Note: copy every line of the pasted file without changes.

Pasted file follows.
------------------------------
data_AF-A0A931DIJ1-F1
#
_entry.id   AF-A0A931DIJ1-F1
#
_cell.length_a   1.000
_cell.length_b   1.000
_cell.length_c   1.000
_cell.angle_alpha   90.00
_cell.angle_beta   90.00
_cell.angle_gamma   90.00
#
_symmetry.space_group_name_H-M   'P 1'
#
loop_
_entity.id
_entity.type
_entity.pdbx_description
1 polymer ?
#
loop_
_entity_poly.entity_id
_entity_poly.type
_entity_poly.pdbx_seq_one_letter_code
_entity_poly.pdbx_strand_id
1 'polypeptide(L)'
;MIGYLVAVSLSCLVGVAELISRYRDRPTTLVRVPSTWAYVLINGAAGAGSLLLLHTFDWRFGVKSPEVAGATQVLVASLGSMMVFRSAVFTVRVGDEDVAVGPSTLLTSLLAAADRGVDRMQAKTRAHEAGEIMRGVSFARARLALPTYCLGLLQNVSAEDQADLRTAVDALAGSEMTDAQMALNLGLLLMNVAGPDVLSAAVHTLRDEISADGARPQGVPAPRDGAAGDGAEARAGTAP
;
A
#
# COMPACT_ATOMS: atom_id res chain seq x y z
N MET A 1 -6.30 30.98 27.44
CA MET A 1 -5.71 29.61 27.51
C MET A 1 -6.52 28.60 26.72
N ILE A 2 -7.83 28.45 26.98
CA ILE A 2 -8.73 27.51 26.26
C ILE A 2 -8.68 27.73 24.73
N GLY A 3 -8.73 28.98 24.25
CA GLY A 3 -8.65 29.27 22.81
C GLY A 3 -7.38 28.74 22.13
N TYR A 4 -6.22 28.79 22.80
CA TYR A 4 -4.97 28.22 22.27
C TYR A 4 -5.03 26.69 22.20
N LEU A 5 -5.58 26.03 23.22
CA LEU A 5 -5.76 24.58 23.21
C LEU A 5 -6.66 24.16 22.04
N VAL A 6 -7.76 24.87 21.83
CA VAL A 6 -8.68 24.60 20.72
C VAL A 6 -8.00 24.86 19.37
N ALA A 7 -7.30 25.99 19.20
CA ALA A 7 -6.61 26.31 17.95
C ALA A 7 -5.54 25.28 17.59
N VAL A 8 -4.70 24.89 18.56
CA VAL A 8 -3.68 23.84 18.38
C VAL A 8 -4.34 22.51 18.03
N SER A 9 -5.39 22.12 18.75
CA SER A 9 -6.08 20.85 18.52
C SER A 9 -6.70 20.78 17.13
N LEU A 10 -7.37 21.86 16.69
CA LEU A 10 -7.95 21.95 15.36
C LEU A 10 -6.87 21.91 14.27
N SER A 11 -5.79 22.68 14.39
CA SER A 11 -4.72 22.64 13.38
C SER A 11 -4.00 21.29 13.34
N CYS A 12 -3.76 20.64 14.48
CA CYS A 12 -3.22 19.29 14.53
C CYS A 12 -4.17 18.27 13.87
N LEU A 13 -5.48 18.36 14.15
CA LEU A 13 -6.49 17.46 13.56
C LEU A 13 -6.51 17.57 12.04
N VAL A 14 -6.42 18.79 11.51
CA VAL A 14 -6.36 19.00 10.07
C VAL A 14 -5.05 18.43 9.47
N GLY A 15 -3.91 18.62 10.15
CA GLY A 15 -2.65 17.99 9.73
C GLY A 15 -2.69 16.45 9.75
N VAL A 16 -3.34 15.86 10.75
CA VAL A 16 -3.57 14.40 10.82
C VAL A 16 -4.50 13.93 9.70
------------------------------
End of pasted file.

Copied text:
data_AF-A0A931DIJ1-F1
#
_entry.id   AF-A0A931DIJ1-F1
#
_cell.length_a   1.000
_cell.length_b   1.000
_cell.length_c   1.000
_cell.angle_alpha   90.00
_cell.angle_beta   90.00
_cell.angle_gamma   90.00
#
_symmetry.space_group_name_H-M   'P 1'
#
loop_
_entity.id
_entity.type
_entity.pdbx_description
1 polymer ?
#
loop_
_entity_poly.entity_id
_entity_poly.type
_entity_poly.pdbx_seq_one_letter_code
_entity_poly.pdbx_strand_id
1 'polypeptide(L)'
;MIGYLVAVSLSCLVGVAELISRYRDRPTTLVRVPSTWAYVLINGAAGAGSLLLLHTFDWRFGVKSPEVAGATQVLVASLGSMMVFRSAVFTVRVGDEDVAVGPSTLLTSLLAAADRGVDRMQAKTRAHEAGEIMRGVSFARARLALPTYCLGLLQNVSAEDQADLRTAVDALAGSEMTDAQMALNLGLLLMNVAGPDVLSAAVHTLRDEISADGARPQGVPAPRDGAAGDGAEARAGTAP
;
A
#
# COMPACT_ATOMS: atom_id res chain seq x y z
N MET A 1 -6.30 30.98 27.44
CA MET A 1 -5.71 29.61 27.51
C MET A 1 -6.52 28.60 26.72
N ILE A 2 -7.83 28.45 26.98
CA ILE A 2 -8.73 27.51 26.26
C ILE A 2 -8.68 27.73 24.73
N GLY A 3 -8.73 28.98 24.25
CA GLY A 3 -8.65 29.27 22.81
C GLY A 3 -7.38 28.74 22.13
N TYR A 4 -6.22 28.79 22.80
CA TYR A 4 -4.97 28.22 22.27
C TYR A 4 -5.03 26.69 22.20
N LEU A 5 -5.58 26.03 23.22
CA LEU A 5 -5.76 24.58 23.21
C LEU A 5 -6.66 24.16 22.04
N VAL A 6 -7.76 24.87 21.83
CA VAL A 6 -8.68 24.60 20.72
C VAL A 6 -8.00 24.86 19.37
N ALA A 7 -7.30 25.99 19.20
CA ALA A 7 -6.61 26.31 17.95
C ALA A 7 -5.54 25.28 17.59
N VAL A 8 -4.70 24.89 18.56
CA VAL A 8 -3.68 23.84 18.38
C VAL A 8 -4.34 22.51 18.03
N SER A 9 -5.39 22.12 18.75
CA SER A 9 -6.08 20.85 18.52
C SER A 9 -6.70 20.78 17.13
N LEU A 10 -7.37 21.86 16.69
CA LEU A 10 -7.95 21.95 15.36
C LEU A 10 -6.87 21.91 14.27
N SER A 11 -5.79 22.68 14.39
CA SER A 11 -4.72 22.64 13.38
C SER A 11 -4.00 21.29 13.34
N CYS A 12 -3.76 20.64 14.48
CA CYS A 12 -3.22 19.29 14.53
C CYS A 12 -4.17 18.27 13.87
N LEU A 13 -5.48 18.36 14.15
CA LEU A 13 -6.49 17.46 13.56
C LEU A 13 -6.51 17.57 12.04
N VAL A 14 -6.42 18.79 11.51
CA VAL A 14 -6.36 19.00 10.07
C VAL A 14 -5.05 18.43 9.47
N GLY A 15 -3.91 18.62 10.15
CA GLY A 15 -2.65 17.99 9.73
C GLY A 15 -2.69 16.45 9.75
N VAL A 16 -3.34 15.86 10.75
CA VAL A 16 -3.57 14.40 10.82
C VAL A 16 -4.50 13.93 9.70